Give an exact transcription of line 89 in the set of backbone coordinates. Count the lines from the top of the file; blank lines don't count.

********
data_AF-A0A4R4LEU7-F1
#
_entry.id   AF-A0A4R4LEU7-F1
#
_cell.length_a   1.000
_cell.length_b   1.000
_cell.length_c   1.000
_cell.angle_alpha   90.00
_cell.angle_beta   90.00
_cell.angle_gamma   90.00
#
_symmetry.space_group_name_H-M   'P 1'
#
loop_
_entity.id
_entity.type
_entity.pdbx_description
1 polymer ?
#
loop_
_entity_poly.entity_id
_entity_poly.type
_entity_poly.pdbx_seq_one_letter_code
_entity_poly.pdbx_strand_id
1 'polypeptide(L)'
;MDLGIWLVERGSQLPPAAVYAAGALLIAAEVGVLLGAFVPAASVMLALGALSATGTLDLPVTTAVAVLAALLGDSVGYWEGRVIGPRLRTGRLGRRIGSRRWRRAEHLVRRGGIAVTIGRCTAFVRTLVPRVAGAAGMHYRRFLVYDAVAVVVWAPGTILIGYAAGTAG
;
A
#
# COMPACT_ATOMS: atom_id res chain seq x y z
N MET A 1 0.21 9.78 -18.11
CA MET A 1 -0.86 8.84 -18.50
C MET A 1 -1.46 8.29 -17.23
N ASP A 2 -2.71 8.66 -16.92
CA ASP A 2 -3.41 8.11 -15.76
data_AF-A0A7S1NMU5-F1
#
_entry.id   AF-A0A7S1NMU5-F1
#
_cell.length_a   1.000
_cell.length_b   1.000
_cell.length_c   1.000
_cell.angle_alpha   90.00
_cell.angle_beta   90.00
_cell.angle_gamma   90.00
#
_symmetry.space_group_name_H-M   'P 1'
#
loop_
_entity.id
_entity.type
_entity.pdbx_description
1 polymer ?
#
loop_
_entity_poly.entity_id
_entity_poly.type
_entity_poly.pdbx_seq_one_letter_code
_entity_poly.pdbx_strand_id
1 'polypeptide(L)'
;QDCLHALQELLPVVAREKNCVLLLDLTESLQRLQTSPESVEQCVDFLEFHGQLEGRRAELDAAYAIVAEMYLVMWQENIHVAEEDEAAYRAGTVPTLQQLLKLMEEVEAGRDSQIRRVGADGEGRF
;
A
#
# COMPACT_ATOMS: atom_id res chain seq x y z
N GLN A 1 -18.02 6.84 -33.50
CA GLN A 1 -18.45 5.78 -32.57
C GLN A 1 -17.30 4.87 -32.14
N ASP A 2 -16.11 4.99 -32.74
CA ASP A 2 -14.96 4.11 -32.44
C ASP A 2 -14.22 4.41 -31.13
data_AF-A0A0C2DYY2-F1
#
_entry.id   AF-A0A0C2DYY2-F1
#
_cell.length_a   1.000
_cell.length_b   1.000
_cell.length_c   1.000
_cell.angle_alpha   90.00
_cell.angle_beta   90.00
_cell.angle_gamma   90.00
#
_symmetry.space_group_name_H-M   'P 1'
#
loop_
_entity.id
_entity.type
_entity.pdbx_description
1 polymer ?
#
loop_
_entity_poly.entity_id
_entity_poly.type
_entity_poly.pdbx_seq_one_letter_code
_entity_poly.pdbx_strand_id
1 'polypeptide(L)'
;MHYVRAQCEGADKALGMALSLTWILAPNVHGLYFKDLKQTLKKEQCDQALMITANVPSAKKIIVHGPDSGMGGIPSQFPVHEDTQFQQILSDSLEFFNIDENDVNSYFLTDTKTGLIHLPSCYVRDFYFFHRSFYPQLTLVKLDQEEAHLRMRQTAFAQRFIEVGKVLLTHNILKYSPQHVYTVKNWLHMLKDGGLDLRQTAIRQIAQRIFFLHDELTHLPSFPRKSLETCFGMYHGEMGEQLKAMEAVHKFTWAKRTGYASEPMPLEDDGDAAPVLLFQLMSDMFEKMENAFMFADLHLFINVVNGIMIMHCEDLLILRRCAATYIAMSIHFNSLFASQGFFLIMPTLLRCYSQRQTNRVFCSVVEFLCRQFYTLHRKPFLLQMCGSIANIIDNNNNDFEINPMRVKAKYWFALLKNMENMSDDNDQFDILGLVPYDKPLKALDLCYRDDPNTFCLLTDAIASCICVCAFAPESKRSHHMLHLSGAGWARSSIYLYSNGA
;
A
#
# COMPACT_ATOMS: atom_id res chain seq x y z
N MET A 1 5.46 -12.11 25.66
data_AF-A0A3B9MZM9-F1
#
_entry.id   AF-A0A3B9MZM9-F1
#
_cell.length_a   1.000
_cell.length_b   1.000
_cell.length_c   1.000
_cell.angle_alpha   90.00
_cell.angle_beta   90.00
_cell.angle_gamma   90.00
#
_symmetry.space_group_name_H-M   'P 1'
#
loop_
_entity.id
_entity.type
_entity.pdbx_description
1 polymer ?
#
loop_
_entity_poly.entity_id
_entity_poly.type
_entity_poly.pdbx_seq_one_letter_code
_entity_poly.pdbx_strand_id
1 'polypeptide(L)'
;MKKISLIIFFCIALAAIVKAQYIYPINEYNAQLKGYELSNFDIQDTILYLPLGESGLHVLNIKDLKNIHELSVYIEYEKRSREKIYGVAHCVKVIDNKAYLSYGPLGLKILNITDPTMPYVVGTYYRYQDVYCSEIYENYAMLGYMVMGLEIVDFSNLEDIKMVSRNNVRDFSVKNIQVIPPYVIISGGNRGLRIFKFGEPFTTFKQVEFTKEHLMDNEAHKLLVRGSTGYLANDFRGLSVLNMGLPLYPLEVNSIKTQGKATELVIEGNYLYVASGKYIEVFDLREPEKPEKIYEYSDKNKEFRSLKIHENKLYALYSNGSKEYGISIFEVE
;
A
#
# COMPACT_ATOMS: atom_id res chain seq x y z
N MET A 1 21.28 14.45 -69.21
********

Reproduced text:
1 polymer ?